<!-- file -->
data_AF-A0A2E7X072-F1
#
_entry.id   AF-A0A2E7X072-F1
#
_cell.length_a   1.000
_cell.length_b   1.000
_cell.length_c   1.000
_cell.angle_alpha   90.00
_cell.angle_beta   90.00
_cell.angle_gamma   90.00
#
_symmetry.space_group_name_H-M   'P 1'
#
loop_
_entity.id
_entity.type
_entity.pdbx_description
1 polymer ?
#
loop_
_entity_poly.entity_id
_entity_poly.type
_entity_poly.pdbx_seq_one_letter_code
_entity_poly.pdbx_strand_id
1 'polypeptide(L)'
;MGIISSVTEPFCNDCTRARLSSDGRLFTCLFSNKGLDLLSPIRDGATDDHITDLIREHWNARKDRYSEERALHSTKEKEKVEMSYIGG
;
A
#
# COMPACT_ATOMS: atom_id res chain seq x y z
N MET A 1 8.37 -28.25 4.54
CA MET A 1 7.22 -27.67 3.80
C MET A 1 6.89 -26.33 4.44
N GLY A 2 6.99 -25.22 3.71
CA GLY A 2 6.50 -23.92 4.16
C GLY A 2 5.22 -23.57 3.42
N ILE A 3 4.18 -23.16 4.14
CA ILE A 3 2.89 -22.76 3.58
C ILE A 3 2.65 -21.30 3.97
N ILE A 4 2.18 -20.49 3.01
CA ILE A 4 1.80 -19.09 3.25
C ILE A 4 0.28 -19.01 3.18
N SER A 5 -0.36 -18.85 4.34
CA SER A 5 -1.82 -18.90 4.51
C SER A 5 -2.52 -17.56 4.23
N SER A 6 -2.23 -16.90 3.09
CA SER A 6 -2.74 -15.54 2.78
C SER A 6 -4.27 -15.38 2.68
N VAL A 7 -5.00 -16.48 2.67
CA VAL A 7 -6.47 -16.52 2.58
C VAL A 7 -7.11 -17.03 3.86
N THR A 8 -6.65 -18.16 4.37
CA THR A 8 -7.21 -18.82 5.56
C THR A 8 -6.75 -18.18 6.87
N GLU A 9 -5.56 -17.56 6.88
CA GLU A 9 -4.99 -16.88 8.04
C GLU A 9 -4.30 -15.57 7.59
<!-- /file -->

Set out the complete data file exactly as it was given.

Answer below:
data_AF-A0A2E7X072-F1
#
_entry.id   AF-A0A2E7X072-F1
#
_cell.length_a   1.000
_cell.length_b   1.000
_cell.length_c   1.000
_cell.angle_alpha   90.00
_cell.angle_beta   90.00
_cell.angle_gamma   90.00
#
_symmetry.space_group_name_H-M   'P 1'
#
loop_
_entity.id
_entity.type
_entity.pdbx_description
1 polymer ?
#
loop_
_entity_poly.entity_id
_entity_poly.type
_entity_poly.pdbx_seq_one_letter_code
_entity_poly.pdbx_strand_id
1 'polypeptide(L)'
;MGIISSVTEPFCNDCTRARLSSDGRLFTCLFSNKGLDLLSPIRDGATDDHITDLIREHWNARKDRYSEERALHSTKEKEKVEMSYIGG
;
A
#
# COMPACT_ATOMS: atom_id res chain seq x y z
N MET A 1 8.37 -28.25 4.54
CA MET A 1 7.22 -27.67 3.80
C MET A 1 6.89 -26.33 4.44
N GLY A 2 6.99 -25.22 3.71
CA GLY A 2 6.50 -23.92 4.16
C GLY A 2 5.22 -23.57 3.42
N ILE A 3 4.18 -23.16 4.14
CA ILE A 3 2.89 -22.76 3.58
C ILE A 3 2.65 -21.30 3.97
N ILE A 4 2.18 -20.49 3.01
CA ILE A 4 1.80 -19.09 3.25
C ILE A 4 0.28 -19.01 3.18
N SER A 5 -0.36 -18.85 4.34
CA SER A 5 -1.82 -18.90 4.51
C SER A 5 -2.52 -17.56 4.23
N SER A 6 -2.23 -16.90 3.09
CA SER A 6 -2.74 -15.54 2.78
C SER A 6 -4.27 -15.38 2.68
N VAL A 7 -5.00 -16.48 2.67
CA VAL A 7 -6.47 -16.52 2.58
C VAL A 7 -7.11 -17.03 3.86
N THR A 8 -6.65 -18.16 4.37
CA THR A 8 -7.21 -18.82 5.56
C THR A 8 -6.75 -18.18 6.87
N GLU A 9 -5.56 -17.56 6.88
CA GLU A 9 -4.99 -16.88 8.04
C GLU A 9 -4.30 -15.57 7.59